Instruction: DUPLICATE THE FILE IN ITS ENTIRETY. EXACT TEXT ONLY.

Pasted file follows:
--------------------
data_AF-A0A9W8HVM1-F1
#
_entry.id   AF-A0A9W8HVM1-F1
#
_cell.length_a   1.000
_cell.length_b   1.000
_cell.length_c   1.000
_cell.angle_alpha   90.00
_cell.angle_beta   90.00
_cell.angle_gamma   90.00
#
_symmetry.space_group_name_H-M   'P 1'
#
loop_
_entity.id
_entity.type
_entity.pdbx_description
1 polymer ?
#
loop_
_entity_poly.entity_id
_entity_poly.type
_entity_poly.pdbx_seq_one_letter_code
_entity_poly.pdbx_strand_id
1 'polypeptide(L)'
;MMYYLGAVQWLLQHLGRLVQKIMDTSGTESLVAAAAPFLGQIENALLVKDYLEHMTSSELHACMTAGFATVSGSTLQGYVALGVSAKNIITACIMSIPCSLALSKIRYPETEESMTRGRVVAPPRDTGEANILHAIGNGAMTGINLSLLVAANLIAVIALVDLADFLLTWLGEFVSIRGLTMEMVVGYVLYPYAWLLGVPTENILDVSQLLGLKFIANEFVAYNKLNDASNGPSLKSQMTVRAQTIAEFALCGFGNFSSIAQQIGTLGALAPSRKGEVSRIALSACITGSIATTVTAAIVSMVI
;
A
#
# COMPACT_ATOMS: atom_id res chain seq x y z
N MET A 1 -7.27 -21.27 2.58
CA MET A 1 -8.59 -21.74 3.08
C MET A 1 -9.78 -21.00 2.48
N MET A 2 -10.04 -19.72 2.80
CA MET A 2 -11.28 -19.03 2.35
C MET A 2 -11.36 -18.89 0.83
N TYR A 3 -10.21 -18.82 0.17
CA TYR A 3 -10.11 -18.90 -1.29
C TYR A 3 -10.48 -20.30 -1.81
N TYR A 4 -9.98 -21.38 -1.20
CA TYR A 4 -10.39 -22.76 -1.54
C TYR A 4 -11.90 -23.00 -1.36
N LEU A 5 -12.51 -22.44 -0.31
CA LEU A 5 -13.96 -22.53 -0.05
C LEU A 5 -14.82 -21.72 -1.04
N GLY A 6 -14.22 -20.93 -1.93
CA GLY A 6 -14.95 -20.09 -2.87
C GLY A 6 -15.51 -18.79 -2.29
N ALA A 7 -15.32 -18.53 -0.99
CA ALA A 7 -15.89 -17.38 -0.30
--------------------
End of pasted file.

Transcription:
data_AF-A0A9W8HVM1-F1
#
_entry.id   AF-A0A9W8HVM1-F1
#
_cell.length_a   1.000
_cell.length_b   1.000
_cell.length_c   1.000
_cell.angle_alpha   90.00
_cell.angle_beta   90.00
_cell.angle_gamma   90.00
#
_symmetry.space_group_name_H-M   'P 1'
#
loop_
_entity.id
_entity.type
_entity.pdbx_description
1 polymer ?
#
loop_
_entity_poly.entity_id
_entity_poly.type
_entity_poly.pdbx_seq_one_letter_code
_entity_poly.pdbx_strand_id
1 'polypeptide(L)'
;MMYYLGAVQWLLQHLGRLVQKIMDTSGTESLVAAAAPFLGQIENALLVKDYLEHMTSSELHACMTAGFATVSGSTLQGYVALGVSAKNIITACIMSIPCSLALSKIRYPETEESMTRGRVVAPPRDTGEANILHAIGNGAMTGINLSLLVAANLIAVIALVDLADFLLTWLGEFVSIRGLTMEMVVGYVLYPYAWLLGVPTENILDVSQLLGLKFIANEFVAYNKLNDASNGPSLKSQMTVRAQTIAEFALCGFGNFSSIAQQIGTLGALAPSRKGEVSRIALSACITGSIATTVTAAIVSMVI
;
A
#
# COMPACT_ATOMS: atom_id res chain seq x y z
N MET A 1 -7.27 -21.27 2.58
CA MET A 1 -8.59 -21.74 3.08
C MET A 1 -9.78 -21.00 2.48
N MET A 2 -10.04 -19.72 2.80
CA MET A 2 -11.28 -19.03 2.35
C MET A 2 -11.36 -18.89 0.83
N TYR A 3 -10.21 -18.82 0.17
CA TYR A 3 -10.11 -18.90 -1.29
C TYR A 3 -10.48 -20.30 -1.81
N TYR A 4 -9.98 -21.38 -1.20
CA TYR A 4 -10.39 -22.76 -1.54
C TYR A 4 -11.90 -23.00 -1.36
N LEU A 5 -12.51 -22.44 -0.31
CA LEU A 5 -13.96 -22.53 -0.05
C LEU A 5 -14.82 -21.72 -1.04
N GLY A 6 -14.22 -20.93 -1.93
CA GLY A 6 -14.95 -20.09 -2.87
C GLY A 6 -15.51 -18.79 -2.29
N ALA A 7 -15.32 -18.53 -0.99
CA ALA A 7 -15.89 -17.38 -0.30